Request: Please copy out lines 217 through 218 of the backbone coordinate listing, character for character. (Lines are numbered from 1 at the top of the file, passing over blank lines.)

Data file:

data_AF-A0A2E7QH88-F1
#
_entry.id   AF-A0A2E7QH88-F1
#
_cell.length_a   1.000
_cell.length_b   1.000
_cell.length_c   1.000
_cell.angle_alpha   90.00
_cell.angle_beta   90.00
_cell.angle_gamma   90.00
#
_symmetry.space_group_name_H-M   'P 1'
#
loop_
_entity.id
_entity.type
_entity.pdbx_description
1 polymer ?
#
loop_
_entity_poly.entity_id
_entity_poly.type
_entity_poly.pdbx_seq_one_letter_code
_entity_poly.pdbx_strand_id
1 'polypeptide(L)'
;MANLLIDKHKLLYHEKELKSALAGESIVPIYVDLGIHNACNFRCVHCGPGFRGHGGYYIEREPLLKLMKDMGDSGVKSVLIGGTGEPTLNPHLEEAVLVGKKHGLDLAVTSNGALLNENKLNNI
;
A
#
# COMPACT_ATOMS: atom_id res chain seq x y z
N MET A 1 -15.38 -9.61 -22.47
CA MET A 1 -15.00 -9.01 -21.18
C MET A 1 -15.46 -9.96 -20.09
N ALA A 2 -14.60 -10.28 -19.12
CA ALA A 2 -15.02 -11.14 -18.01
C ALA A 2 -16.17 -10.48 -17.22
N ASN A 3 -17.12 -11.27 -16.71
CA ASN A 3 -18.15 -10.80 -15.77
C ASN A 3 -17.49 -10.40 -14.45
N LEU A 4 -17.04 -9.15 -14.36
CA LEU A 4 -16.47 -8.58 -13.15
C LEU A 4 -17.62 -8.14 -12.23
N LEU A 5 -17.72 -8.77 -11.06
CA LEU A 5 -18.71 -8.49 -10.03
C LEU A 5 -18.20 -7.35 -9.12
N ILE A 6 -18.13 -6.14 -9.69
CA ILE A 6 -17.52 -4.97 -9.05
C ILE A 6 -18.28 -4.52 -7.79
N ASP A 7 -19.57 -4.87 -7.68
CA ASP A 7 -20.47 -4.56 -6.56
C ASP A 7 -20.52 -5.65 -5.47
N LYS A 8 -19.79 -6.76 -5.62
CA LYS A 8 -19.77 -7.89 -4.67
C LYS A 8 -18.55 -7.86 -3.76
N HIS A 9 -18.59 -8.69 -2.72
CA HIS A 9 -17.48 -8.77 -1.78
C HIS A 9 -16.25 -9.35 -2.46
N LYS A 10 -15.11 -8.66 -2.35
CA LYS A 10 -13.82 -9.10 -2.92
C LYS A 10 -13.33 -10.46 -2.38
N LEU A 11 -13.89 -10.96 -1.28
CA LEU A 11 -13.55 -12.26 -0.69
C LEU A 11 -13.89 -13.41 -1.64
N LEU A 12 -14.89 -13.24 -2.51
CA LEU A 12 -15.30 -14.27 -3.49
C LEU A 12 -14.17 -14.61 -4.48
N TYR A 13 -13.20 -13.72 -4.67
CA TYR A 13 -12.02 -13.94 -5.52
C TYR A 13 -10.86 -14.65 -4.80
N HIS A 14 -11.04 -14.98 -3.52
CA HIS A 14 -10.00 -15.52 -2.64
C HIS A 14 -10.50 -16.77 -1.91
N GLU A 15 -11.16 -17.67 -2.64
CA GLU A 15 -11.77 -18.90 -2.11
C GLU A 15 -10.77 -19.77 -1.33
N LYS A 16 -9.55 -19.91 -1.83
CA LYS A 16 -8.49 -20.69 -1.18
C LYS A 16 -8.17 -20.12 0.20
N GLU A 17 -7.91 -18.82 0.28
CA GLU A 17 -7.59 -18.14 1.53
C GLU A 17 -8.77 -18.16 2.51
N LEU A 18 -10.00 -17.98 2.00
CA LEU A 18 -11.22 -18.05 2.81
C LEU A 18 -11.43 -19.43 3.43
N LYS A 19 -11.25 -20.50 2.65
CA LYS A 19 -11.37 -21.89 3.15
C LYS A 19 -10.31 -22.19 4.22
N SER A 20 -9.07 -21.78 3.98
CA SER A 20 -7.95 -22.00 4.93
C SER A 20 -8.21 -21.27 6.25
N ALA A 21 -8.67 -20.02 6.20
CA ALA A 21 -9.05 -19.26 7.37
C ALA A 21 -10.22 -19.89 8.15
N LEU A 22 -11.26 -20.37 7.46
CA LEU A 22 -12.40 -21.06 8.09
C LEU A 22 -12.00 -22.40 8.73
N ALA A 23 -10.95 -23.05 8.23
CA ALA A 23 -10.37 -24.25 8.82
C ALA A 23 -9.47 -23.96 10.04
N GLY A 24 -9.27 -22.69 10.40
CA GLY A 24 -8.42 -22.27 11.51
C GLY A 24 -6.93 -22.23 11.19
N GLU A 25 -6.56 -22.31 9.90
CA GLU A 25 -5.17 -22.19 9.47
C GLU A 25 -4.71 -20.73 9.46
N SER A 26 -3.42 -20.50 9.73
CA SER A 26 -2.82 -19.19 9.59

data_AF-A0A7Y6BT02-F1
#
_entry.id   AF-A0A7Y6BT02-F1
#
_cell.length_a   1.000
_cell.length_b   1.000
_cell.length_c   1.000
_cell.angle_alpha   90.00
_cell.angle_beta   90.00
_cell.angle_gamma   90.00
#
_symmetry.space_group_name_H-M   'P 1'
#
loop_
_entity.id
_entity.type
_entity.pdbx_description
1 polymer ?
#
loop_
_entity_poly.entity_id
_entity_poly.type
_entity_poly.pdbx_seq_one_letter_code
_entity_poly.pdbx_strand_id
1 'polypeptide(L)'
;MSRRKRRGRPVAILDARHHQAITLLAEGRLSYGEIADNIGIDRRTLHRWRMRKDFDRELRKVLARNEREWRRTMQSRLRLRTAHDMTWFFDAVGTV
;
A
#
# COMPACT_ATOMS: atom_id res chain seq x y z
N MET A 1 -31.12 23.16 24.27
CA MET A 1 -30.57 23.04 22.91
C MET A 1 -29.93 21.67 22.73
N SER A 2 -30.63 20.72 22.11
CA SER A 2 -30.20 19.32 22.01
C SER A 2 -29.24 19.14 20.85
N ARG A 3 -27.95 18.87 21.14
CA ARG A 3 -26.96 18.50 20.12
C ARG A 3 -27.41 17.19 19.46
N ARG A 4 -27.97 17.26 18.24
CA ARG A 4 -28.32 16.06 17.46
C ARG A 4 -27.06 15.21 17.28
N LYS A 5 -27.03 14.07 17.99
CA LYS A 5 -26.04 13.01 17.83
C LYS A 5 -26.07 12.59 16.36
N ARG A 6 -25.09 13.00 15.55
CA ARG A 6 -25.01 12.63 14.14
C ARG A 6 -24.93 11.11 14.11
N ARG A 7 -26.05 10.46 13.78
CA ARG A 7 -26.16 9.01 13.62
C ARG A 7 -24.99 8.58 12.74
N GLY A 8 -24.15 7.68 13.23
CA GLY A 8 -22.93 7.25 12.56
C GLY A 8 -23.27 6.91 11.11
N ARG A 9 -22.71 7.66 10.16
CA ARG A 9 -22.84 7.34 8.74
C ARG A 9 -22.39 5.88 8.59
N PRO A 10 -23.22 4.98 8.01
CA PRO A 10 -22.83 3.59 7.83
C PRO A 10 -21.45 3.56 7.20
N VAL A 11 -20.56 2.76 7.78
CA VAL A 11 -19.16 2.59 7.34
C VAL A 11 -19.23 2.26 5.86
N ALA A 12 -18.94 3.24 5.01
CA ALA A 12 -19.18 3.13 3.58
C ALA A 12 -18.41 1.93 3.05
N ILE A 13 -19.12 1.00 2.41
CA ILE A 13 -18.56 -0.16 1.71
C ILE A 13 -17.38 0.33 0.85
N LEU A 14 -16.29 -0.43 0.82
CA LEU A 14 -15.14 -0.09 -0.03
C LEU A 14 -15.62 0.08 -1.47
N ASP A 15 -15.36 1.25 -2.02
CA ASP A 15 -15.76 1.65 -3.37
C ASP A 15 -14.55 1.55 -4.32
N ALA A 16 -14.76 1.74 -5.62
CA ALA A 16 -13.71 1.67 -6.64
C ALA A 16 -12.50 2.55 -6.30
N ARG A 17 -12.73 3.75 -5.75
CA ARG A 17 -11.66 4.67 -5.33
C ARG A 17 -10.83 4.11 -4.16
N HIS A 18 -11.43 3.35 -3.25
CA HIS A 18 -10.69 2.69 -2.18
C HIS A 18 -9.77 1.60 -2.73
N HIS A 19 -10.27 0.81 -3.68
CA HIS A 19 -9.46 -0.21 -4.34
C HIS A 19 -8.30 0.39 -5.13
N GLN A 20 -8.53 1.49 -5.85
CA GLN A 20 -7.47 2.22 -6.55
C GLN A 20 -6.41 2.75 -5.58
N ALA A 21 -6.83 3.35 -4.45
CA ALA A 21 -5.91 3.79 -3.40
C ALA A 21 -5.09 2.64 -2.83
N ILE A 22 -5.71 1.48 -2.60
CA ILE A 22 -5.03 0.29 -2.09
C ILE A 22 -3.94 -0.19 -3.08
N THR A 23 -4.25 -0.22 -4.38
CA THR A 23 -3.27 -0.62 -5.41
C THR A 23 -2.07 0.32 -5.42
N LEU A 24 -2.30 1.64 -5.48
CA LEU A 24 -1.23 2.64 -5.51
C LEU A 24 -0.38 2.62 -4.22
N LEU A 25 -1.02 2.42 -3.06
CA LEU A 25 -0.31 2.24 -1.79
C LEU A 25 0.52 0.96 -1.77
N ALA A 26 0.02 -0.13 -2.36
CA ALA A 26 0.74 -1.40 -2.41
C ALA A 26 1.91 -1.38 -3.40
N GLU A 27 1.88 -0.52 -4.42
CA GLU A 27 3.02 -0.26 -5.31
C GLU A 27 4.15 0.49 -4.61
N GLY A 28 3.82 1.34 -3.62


CA GLU A 27 3.02 -0.26 -5.31
C GLU A 27 4.15 0.49 -4.61